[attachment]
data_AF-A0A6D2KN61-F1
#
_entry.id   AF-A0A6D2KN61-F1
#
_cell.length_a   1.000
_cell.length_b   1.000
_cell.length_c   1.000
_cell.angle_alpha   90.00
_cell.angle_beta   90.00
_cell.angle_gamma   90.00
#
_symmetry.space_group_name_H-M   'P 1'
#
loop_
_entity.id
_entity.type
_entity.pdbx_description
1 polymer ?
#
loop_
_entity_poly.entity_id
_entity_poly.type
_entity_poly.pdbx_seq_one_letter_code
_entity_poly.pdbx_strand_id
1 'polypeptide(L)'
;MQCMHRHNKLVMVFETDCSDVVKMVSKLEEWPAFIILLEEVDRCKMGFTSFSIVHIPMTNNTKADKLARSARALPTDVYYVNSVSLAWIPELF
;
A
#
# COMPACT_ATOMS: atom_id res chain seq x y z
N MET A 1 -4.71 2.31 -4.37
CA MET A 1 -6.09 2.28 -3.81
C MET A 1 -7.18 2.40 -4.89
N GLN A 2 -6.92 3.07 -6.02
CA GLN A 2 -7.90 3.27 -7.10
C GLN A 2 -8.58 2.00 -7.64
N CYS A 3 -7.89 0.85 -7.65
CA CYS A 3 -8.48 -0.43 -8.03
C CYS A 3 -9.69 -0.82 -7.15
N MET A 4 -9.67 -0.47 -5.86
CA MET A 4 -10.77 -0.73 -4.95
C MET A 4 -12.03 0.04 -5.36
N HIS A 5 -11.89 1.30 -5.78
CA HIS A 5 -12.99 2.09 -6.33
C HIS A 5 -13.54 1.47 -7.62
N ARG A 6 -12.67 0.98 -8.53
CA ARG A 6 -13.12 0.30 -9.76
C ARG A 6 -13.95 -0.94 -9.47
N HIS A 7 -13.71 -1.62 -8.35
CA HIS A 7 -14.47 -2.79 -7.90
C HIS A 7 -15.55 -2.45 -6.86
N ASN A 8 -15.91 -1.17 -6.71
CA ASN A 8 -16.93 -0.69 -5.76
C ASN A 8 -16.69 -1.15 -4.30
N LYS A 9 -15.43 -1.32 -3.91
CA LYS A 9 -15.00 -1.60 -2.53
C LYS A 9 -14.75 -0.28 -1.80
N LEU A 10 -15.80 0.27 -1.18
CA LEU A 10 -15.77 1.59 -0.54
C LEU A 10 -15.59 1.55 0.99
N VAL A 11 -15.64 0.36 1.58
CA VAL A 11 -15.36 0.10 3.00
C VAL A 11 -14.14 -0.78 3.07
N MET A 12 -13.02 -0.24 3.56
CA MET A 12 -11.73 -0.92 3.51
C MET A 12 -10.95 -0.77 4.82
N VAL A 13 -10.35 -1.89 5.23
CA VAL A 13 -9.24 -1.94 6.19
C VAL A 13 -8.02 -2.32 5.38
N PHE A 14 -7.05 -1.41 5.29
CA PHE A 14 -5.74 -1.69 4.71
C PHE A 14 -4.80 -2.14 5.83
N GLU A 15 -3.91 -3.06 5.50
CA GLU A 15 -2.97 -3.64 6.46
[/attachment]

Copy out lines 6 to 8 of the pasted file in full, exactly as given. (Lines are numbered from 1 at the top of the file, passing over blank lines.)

_cell.length_b   1.000
_cell.length_c   1.000
_cell.angle_alpha   90.00